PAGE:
This goes against ergonomics and induces manual editing when something is changed in parent style. It's like applying direct formatting in a higher layer of styling.
This is what you qualify as my "first" claim.
My second claim is related to my new "relative" attribute value and the mixture between paragraph/character styles.
In the present Writer (ODF?) state, these style families are completely separated: inheritance rules are internal to the family and define what will be applied. That is, character styles attributes are set according to character style ancestors, full stop, and are "stamped" over the basic paragraph attributes.
I mentioned in the initial post that traditional typographic rules are rather "relative" than "absolute" and that can't be translated in the paragraph/character styles use because families are segregated.
So this is my second claim: if the first claim is implemented, there is a need to indicate that the final attribute values in a character style (after applying inheritance rules) are "relative" to those of the paragraph style.
I understand this implies a lot of work inside Writer and I'd be glad to read the other ticket to see how it relates to mine.
>I vote to resolve this issue as WONTFIX.
It is not clear if this statement is against the whole proposal or against the second part of it only.
Do you know of any workaround for the first part?
(In reply to ajlittoz from comment #2)
> Do you know of any workaround for the first part?
You can always write an extension that toggles a property. Wouldn't be too hard, I guess. My WONTFIX opinion is for both claims, sorry :-)
I have also been thinking about and fighting with these sorts of problems. I don't know off hand, but I suspect that what you want to do (both toggling attributes and making attributes of character styles relative to the paragraph style) probably isn't possible within the ODF standard.
If you look at bug 108498, for example, we determined that percentage font sizes in a character style are based on the parent character style. There is no way to have a percentage font size relative to the surrounding paragraph style in ODF.
If this is true in the current case, then I doubt these features would be considered by the developers regardless of UX concerns.
Correct me if I'm wrong, but I don't think an extension will help. The (1st) issue is not really about the simple act of toggling a particular property in the interface (say, with an extra toolbar button), but changing how styles work to support toggling of arbitrary properties. This sounds like a very ambitious undertaking, and files created with such an extension wouldn't open properly for anyone without the extension.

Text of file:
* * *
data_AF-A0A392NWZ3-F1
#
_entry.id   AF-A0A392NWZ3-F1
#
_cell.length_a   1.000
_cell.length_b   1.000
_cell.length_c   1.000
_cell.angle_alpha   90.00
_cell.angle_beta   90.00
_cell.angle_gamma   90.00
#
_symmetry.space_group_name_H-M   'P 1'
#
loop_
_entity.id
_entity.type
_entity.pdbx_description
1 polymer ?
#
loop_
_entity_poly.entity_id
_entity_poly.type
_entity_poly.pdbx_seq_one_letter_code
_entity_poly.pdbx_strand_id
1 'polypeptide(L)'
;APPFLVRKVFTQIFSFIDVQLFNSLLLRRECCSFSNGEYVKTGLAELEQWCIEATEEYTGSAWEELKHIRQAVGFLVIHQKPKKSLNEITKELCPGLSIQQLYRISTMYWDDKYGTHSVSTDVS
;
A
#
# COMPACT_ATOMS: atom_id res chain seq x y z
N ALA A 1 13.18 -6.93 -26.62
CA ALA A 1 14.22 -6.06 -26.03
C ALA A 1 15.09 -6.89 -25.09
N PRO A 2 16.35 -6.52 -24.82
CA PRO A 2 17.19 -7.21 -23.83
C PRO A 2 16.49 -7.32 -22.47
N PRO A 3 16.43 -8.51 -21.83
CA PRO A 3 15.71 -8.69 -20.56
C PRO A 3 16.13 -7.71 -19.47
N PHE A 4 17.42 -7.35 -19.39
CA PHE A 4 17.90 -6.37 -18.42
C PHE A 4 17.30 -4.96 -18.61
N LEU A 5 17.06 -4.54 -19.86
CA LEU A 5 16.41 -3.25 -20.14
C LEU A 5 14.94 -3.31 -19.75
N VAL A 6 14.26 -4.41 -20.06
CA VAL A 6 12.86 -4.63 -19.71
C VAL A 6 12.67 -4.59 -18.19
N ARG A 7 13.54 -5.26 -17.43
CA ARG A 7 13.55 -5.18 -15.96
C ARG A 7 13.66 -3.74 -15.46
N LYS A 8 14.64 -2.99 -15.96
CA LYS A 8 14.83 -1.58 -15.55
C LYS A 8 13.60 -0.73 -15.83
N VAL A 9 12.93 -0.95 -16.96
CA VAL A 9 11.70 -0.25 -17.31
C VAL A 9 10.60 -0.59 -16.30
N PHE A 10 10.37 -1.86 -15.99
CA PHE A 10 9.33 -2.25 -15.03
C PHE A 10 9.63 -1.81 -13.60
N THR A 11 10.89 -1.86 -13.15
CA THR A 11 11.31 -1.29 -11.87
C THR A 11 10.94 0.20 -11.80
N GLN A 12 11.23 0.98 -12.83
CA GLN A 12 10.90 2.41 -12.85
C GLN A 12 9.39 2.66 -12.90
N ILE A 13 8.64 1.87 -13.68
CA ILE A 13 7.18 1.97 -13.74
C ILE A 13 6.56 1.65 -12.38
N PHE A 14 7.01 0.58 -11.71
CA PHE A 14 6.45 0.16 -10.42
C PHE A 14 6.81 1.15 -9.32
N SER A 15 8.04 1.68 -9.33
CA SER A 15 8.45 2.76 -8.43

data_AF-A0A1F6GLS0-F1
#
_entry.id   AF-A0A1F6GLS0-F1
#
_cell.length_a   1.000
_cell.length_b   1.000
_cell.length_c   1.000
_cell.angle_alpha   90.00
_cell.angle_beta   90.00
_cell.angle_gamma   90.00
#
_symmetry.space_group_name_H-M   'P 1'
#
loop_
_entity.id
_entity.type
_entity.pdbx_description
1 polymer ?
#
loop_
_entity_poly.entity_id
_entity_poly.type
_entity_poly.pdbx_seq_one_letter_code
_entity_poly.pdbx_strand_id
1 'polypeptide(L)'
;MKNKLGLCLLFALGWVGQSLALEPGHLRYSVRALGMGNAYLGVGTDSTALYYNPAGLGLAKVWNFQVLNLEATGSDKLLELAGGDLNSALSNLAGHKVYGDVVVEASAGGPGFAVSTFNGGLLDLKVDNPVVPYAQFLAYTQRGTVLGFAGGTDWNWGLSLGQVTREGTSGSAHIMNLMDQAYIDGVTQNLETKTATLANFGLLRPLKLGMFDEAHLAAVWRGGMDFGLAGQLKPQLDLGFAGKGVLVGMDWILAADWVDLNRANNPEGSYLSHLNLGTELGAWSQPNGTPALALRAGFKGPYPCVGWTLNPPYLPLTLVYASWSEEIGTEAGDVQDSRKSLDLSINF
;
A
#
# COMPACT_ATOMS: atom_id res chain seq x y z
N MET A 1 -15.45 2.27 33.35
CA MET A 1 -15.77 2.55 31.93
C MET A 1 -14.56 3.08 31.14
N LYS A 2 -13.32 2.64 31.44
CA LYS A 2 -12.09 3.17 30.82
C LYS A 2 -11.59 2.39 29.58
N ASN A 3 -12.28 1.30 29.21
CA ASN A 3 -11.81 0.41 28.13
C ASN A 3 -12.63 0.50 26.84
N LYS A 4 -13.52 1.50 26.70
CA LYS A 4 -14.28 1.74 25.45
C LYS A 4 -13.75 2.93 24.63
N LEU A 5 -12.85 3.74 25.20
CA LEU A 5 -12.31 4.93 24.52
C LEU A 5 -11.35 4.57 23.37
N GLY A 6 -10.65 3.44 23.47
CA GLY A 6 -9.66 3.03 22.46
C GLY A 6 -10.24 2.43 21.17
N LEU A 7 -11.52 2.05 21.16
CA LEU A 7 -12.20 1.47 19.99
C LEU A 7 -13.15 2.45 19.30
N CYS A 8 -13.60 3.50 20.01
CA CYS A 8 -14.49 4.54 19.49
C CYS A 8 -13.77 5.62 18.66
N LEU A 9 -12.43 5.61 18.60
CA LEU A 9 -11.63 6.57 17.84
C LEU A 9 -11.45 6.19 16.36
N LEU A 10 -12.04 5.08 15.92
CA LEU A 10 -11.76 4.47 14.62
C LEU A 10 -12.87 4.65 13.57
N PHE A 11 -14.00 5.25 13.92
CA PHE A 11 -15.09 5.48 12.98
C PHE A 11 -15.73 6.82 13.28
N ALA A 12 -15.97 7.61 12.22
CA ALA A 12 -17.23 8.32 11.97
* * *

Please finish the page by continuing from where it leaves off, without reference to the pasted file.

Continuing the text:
I went through bug 108498 and it confirms that paragraph and character styles are in their own hierarchies without links between each other.
>I suspect that what you want to do … probably isn't possible within the ODF standard.
I haven't read ODF, so correct me if i'm wrong.
IMO, ODF describes how the stored file looks like so that conforming implementation can read it and retrieve information from it to display as the writer semantically intended.
A document processor adds an "ergonomics layer" over the standard so that an average user can insert the XML elements with a few clicks or keyins without knowing all what's happening in the backstage. The UI decouples file ODF internals from user action to get document layout.
As long as you find a way to convert typographical concepts into a sequence of XML primitives, even if contorted a bit, you don't need to change the standard.
For instance, when importing .doc or .docx documents, the import engine creates many "anonymous" character styles to translate intra-paragraph formatting because the concept does not exist in MS Office.
I'm wondering, for my case, if such a workaround could be possible, eventually using mangled styles names to signal to LO Writer that the style has special dynamic properties, e.g. adding some _<hexadecimal-encoding>_ just like we have _20_ to encode a space.
The idea is to make the special properties "transparent" or "neutral" if document is opened with something different from LO Writer and fully processed in an extended LO Writer.
In this strategy, the burden of handling the extra style properties is pushed from ODF layer to LO Writer processing layer.